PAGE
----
If extinct woodpeckers can come back, can people, too?
In Lily, Ark., “the land that time forgot,” cynical 17-year-old Cullen Witter, who likes to jot down titles for books he intends to write and pines for Ada Taylor (Lily’s “black widow” because all of her boyfriends have died in accidents), narrates his unforgettable summer after senior year. Following the overdose death of his cousin, some “ass-hat” ornithologist claims that the Lazarus woodpecker (based on the Lord God Bird) has resurfaced after 60 years of extinction. It’s hard for Cullen to enjoy the frenzy and hope it brings his small town when the woodpecker receives more media coverage than his younger brother, Gabriel, who has inexplicably disappeared. Alternating chapters with Cullen’s account is a third-person narration about Benton Sage, an 18-year-old missionary to Ethiopia. He discovers the Book of Enoch, an ancient text not included in the traditional Bible, which describes Archangel Gabriel’s role of ridding Earth of fallen angels. Benton’s secret journal about Enoch falls into the possession of his college-freshman roommate, Cabot Searcy, whose curiosity turns into an obsession. In a build-up that explores the process of grief, second chances and even the meaning of life, Cullen’s and Cabot’s worlds slowly intersect and solve the mystery of Gabriel’s disappearance in this multilayered debut for sophisticated readers.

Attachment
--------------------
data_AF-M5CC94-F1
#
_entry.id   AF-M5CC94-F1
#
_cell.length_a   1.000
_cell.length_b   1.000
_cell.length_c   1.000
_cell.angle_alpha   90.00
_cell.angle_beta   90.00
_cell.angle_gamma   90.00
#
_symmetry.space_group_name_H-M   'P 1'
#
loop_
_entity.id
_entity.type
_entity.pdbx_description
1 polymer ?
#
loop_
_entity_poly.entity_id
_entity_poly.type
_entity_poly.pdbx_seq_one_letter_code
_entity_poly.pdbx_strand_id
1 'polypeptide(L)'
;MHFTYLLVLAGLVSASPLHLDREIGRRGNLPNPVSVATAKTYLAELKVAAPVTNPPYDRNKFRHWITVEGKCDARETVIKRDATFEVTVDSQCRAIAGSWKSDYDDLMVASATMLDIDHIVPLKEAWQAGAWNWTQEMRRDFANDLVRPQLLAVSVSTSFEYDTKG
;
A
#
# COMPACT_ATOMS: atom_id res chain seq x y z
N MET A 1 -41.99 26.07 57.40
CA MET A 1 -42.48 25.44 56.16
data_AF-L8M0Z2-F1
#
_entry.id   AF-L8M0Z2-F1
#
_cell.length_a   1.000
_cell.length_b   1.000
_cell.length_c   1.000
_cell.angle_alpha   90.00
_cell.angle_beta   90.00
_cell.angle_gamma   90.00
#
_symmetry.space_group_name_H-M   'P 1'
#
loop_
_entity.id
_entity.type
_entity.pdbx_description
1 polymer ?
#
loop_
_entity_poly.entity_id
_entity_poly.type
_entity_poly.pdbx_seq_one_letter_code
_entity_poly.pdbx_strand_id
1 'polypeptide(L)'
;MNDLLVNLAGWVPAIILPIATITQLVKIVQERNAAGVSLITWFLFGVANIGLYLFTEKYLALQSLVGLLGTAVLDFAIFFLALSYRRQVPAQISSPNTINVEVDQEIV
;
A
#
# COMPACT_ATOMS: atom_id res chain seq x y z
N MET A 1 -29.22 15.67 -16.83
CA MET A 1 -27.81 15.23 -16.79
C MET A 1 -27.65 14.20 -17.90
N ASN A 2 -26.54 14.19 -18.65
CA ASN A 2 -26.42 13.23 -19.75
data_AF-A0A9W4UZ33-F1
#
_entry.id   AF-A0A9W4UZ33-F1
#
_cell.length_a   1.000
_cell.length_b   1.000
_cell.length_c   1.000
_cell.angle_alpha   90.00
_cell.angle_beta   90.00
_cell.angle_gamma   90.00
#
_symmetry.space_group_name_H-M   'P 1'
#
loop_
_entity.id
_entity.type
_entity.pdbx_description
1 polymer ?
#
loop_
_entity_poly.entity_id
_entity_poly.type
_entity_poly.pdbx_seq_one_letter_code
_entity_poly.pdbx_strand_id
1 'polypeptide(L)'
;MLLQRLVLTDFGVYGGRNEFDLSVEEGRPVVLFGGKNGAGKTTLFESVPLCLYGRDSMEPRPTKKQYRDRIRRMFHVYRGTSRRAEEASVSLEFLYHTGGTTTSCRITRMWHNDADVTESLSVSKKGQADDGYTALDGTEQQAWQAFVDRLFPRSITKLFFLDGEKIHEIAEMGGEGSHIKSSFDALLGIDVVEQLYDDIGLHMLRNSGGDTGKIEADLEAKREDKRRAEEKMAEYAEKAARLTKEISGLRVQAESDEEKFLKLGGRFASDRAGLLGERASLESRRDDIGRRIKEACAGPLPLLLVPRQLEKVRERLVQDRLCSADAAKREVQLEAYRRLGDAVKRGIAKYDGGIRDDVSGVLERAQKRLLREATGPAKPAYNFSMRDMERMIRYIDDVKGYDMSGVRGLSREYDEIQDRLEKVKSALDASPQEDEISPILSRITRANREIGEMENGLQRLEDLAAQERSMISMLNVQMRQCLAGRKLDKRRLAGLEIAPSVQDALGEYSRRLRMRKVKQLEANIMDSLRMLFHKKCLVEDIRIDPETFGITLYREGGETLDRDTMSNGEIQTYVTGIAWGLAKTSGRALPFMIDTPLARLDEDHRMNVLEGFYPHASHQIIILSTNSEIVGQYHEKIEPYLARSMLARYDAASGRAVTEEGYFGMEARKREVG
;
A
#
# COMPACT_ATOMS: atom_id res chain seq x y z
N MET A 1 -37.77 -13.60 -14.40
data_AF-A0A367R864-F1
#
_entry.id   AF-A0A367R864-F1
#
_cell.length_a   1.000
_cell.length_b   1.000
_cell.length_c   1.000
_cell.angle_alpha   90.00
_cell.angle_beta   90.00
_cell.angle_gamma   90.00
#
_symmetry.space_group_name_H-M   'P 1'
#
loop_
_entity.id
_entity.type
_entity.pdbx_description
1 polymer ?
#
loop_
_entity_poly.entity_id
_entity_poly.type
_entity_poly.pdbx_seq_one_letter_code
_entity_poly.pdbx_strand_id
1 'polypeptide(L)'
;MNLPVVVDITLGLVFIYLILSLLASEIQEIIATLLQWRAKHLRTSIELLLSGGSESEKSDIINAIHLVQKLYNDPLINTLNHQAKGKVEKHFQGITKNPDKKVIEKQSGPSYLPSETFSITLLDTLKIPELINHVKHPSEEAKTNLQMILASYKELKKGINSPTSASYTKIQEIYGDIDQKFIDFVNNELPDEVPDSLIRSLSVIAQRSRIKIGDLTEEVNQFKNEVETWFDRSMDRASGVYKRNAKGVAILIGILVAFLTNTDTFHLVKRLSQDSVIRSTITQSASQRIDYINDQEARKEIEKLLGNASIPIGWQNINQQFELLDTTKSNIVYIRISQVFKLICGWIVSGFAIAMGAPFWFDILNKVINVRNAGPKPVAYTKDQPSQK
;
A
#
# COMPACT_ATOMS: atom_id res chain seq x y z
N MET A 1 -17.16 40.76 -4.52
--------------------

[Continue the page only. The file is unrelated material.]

Unexpected, thought-provoking storytelling. (Fiction. 14 & up)